Nov. 10, a week later, we're back on the wild side; Martin Scorsese's gangster melodrama, "Casino," opens with stars Robert De Niro, Sharon Stone and Joe Pesci. It was written by Nick Pileggi who also wrote -- book and script -- "Goodfellas." It's about a struggle for power (over the edifice of the title) between a "good mobster" and a bad one, a stone killer, with De Niro and Pesci, respectively, in the roles. Another crime story, "Money Train," opens, directed by the excellent Joe Ruben of "The Stepfather." Those two pals from "White Men Can't Jump," Wesley Snipes and Woody Harrelson, play transit cops who change sides to become subway robbers. The big one, however, is "Ace Ventura: When Nature Calls," starring Jim Carrey. Don't ask how good. Ask how much. The answer: a lot.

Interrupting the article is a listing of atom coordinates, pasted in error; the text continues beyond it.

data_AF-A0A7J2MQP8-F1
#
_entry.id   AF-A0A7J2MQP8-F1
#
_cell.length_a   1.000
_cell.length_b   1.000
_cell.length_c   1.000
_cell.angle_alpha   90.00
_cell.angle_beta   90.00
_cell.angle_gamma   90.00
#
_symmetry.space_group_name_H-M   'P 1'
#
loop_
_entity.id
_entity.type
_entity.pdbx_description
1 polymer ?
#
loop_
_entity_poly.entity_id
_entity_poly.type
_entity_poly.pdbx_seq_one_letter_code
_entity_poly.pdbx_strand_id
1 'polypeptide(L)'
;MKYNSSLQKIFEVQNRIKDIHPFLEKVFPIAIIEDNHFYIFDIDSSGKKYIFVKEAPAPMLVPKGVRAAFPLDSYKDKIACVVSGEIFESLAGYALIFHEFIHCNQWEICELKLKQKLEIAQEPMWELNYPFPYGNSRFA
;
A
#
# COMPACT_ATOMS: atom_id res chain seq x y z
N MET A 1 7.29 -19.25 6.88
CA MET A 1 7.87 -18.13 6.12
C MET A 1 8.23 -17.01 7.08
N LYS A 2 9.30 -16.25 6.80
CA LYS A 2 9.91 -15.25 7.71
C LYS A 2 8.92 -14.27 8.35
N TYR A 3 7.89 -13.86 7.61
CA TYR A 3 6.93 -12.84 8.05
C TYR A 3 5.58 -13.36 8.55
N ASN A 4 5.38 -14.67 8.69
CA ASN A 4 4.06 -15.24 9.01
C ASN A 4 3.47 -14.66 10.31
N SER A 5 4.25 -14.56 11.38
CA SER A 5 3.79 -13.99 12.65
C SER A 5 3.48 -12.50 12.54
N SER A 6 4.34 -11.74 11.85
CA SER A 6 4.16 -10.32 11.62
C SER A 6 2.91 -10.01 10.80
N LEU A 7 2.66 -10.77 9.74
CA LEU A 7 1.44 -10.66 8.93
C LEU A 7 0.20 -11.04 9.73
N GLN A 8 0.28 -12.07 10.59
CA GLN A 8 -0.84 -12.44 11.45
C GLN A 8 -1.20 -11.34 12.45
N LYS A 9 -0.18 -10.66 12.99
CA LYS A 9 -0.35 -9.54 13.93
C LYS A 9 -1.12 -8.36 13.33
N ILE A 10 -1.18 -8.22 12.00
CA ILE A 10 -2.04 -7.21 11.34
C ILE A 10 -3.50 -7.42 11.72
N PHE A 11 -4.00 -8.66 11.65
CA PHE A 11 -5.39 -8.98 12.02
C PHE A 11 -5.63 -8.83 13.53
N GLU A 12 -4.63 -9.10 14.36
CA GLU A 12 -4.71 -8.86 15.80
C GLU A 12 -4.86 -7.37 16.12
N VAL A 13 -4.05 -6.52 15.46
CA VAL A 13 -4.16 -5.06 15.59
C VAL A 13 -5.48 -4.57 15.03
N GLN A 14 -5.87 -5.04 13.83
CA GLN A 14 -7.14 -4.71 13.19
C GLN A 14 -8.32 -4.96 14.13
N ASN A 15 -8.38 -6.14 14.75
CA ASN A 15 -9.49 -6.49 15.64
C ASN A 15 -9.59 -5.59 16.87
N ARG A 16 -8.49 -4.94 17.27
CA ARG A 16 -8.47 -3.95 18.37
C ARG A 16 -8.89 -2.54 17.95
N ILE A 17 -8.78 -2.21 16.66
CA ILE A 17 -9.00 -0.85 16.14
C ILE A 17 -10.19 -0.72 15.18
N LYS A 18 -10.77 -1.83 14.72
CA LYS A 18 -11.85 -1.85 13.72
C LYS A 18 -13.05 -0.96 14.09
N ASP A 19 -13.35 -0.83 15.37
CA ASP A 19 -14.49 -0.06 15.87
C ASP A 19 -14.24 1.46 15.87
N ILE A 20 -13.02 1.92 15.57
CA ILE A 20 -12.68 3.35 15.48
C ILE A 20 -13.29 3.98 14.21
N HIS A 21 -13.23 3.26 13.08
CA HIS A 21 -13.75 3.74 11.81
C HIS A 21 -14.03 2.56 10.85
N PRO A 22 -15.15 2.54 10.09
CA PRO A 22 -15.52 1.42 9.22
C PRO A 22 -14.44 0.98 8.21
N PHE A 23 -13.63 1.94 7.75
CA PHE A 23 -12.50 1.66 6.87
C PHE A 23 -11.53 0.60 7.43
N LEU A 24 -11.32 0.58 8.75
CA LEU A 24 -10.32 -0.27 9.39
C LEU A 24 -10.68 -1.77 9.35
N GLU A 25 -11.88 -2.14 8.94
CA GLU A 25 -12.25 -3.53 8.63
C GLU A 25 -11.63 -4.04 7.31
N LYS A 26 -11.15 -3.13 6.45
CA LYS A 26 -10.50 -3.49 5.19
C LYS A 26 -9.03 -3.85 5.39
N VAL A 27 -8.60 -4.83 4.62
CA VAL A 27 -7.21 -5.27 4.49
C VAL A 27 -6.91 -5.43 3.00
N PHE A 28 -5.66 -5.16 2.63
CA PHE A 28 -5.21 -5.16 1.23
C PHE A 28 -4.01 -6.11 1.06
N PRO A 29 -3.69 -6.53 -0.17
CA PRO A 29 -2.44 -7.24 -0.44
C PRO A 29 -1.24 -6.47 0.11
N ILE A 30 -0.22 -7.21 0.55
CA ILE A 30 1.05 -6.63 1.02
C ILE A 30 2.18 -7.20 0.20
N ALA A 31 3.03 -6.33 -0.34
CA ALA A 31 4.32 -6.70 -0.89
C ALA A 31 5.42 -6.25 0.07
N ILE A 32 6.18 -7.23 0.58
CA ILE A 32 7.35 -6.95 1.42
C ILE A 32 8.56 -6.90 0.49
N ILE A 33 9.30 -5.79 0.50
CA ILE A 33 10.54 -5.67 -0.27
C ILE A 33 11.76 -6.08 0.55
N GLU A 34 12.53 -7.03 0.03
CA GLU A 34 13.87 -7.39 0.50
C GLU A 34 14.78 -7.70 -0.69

Nov. 17, two of the biggest films of the year open. The new James Bond film, "Goldeneye," with Pierce Brosnan in the role invented by Sean Connery, arrives. An early sample makes it look like a lot of rattattatatat and boom and very little else. Then there's "The American President" from Rob Reiner, with Michael Douglas and Annette Bening. He's Mr. Big, a widower; she's a spunky environmental activist. Robert Redford was set to star, but had a fight with Reiner, and thus the ever dim Douglas got the nod. Commercial prospects are still high. A third opener that day is "Les Miserables," directed by French film legend Claude Lelouch ("A Man and a Woman") and starring French film legend Jean-Paul Belmondo. Not the musical, it's freely adapted from the Hugo novel.